I used to pride myself on how well organised my "stuff" was. At home, I diligently hole punched my bank statements and other various incoming dead tree sources and put them in a collection of ring binders, all in chronological order naturally. Likewise, at work, I sorted my emails into various folders and had a multitude of mail rules to automatically file emails into the right folder.
However, a few years ago, I stopped. I just couldn't handle the inefficiency of it all. I seemed to spend a stupid amount of time organising things on the off chance that I was asked to produce a particular piece of paperwork or quote a block of text from some email I received months ago.
These days, I rely on search. At home, at the start of each year, I take a big box that practically all my paperwork gets put into. Every few years, I shred/recycle the contents of the oldest box. Since implementing it, I've been asked to produce a particular document only a handful of times. Interestingly, it doesn't take as long as you would think to find a particular document and there's no doubt as to where it should be - everything is in one of those boxes. Meanwhile, at work, I have my "inbox" where all new emails arrive and an "Email" archive folder where everything is put once its gone through my GTD (Getting Things Done) system. Like at home, I create a new archive file at the start of each year. I archive my "Sent Items" into an annual folder too so that I've got a record of everything.
It seems that a recent study by researchers at IBM have produced some evidence that suggests that I was maybe right to change my ways. The researchers "carried out a field study of 345 long-term users who conducted over 85,000 refinding actions" and found that "people who create complex folders indeed rely on these for retrieval, but these preparatory behaviors are inefficient and do not improve retrieval success. In contrast, both search and threading promote more effective finding". Finding emails by searches took on average 17 seconds, versus 58 seconds finding the emails in categorised folders. The likelihood of finding the intended email was no greater when it had been filed in a folder.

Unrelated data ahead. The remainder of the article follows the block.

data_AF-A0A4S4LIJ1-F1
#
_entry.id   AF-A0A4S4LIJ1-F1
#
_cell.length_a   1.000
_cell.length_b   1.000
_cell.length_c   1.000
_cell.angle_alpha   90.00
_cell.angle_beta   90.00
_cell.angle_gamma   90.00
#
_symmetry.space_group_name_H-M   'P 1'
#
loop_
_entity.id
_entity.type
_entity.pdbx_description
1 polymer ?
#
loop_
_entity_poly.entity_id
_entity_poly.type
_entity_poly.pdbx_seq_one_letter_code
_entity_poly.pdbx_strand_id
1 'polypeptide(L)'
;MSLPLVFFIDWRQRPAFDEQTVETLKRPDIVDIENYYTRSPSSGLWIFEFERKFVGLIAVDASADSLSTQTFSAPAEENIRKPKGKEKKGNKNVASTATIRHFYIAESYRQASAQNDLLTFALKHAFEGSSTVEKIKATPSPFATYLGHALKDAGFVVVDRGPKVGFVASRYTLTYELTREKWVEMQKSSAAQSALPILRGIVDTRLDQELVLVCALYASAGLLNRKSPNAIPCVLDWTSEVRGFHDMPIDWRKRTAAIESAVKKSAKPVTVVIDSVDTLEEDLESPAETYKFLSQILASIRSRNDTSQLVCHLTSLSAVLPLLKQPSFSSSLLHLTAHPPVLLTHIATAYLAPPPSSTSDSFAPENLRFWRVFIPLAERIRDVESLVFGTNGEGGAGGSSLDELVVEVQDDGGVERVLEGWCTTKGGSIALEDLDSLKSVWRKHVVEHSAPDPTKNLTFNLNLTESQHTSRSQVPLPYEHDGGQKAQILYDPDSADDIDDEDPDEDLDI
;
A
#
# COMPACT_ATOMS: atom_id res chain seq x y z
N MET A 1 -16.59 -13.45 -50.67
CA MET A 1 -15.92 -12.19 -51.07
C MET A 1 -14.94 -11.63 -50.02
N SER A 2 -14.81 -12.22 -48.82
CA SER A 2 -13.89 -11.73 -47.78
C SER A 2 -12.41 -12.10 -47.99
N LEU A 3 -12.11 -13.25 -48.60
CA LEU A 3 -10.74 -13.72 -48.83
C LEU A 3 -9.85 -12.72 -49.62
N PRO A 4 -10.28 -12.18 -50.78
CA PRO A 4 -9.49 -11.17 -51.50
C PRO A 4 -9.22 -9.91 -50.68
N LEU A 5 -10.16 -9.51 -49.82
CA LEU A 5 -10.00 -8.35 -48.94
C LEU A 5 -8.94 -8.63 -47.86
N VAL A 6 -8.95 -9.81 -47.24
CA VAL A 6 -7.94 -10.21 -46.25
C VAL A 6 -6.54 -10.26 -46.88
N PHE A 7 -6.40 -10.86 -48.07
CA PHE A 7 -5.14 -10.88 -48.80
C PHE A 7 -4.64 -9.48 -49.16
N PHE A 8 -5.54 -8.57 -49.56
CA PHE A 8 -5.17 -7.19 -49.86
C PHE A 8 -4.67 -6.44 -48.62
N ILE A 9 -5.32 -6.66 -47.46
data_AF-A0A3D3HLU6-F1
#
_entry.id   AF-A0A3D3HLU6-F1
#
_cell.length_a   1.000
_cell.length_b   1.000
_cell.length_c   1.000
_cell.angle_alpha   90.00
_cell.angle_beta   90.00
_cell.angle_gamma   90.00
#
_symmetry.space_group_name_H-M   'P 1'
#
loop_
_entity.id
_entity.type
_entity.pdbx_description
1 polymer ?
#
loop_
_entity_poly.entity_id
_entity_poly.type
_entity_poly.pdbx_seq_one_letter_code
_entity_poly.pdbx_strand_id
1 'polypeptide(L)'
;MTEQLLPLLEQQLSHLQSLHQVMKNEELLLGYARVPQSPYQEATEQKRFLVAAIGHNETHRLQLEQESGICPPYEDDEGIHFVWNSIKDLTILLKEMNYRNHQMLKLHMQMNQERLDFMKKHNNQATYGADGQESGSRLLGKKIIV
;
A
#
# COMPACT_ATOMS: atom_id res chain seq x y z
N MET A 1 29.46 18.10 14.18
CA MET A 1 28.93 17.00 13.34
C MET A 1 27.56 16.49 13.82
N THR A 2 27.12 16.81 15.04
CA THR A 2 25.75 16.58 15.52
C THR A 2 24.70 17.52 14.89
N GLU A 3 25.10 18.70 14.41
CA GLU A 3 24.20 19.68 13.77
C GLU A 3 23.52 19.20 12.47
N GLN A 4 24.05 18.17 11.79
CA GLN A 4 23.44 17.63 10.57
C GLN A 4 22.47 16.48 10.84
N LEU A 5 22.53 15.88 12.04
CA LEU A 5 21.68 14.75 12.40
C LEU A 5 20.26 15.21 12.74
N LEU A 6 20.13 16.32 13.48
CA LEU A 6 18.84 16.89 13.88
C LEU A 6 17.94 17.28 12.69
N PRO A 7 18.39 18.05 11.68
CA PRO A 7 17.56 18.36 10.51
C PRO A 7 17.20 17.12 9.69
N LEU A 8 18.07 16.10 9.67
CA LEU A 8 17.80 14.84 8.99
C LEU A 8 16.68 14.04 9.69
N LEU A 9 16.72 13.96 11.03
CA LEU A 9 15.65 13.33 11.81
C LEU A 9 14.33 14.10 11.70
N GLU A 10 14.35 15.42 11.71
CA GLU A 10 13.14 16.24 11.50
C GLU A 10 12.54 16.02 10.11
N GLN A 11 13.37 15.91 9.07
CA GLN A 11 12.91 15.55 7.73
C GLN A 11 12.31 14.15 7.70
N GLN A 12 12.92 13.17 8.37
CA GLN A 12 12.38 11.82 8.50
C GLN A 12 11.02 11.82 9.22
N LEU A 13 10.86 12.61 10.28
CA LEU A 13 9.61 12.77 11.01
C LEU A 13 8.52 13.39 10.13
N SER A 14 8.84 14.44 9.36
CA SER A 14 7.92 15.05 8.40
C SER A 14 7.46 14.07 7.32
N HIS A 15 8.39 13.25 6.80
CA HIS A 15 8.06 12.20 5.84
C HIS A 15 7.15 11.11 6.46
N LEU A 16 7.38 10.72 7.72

According to the study, "people spend an average of 10% of their total email time filing messages" on the assumption that such preparatory actions will expedite future retrieval. That's a pretty significant amount of time to spend doing something that doesn't really help you in the long run. More interesting for me was some of the results of the interviews the researchers held with their users in order to understand why people feel the need to create folders in the face of such evidence. They found that
"users receiving many messages were more likely to create folders, possibly because this serves to rationalize their inbox, allowing them to better see their ‘todos’".
Indeed, the study suggests that
"people defer responding to 37% of messages that need a reply" and that "deferral occurs because people have insufficient time to respond at once, or they need to gather input from colleagues".
In other words, people seem to have a natural tendency to use their inbox as a todo list and filing emails into folders is more to do with task management than an efficient way of finding important information at a later date.
So ... if you want to save yourself some time, get a decent task management system up and running (like GTD); stop using your inbox as a todo list; and spend more of your time making productive headway, rather than filing emails into folders in the slightly misguided hope that it will help you in the long run! It's worked successfully for me for a number of years and I haven't looked back!